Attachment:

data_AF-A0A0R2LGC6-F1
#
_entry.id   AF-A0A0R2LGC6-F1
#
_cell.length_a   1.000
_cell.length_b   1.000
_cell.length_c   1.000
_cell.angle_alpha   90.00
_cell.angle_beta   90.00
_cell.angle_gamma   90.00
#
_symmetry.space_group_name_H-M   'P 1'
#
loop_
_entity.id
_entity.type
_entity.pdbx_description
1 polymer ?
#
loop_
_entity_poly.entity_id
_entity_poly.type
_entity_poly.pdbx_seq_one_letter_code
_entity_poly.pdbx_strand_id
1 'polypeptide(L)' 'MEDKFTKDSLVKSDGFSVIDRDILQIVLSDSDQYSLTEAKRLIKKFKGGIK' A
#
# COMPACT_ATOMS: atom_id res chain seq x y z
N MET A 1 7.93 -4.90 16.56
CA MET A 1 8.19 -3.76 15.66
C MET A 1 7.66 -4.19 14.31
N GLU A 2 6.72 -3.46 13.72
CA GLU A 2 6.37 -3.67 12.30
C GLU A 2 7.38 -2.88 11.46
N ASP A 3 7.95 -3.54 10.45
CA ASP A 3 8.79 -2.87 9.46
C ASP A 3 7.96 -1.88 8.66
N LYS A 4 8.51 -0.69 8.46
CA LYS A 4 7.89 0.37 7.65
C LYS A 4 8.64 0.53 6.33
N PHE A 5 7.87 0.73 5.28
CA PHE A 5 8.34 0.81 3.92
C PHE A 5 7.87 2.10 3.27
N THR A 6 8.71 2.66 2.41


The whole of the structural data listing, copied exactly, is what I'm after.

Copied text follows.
data_AF-A0A0R2LGC6-F1
#
_entry.id   AF-A0A0R2LGC6-F1
#
_cell.length_a   1.000
_cell.length_b   1.000
_cell.length_c   1.000
_cell.angle_alpha   90.00
_cell.angle_beta   90.00
_cell.angle_gamma   90.00
#
_symmetry.space_group_name_H-M   'P 1'
#
loop_
_entity.id
_entity.type
_entity.pdbx_description
1 polymer ?
#
loop_
_entity_poly.entity_id
_entity_poly.type
_entity_poly.pdbx_seq_one_letter_code
_entity_poly.pdbx_strand_id
1 'polypeptide(L)' 'MEDKFTKDSLVKSDGFSVIDRDILQIVLSDSDQYSLTEAKRLIKKFKGGIK' A
#
# COMPACT_ATOMS: atom_id res chain seq x y z
N MET A 1 7.93 -4.90 16.56
CA MET A 1 8.19 -3.76 15.66
C MET A 1 7.66 -4.19 14.31
N GLU A 2 6.72 -3.46 13.72
CA GLU A 2 6.37 -3.67 12.30
C GLU A 2 7.38 -2.88 11.46
N ASP A 3 7.95 -3.54 10.45
CA ASP A 3 8.79 -2.87 9.46
C ASP A 3 7.96 -1.88 8.66
N LYS A 4 8.51 -0.69 8.46
CA LYS A 4 7.89 0.37 7.65
C LYS A 4 8.64 0.53 6.33
N PHE A 5 7.87 0.73 5.28
CA PHE A 5 8.34 0.81 3.92
C PHE A 5 7.87 2.10 3.27
N THR A 6 8.71 2.66 2.41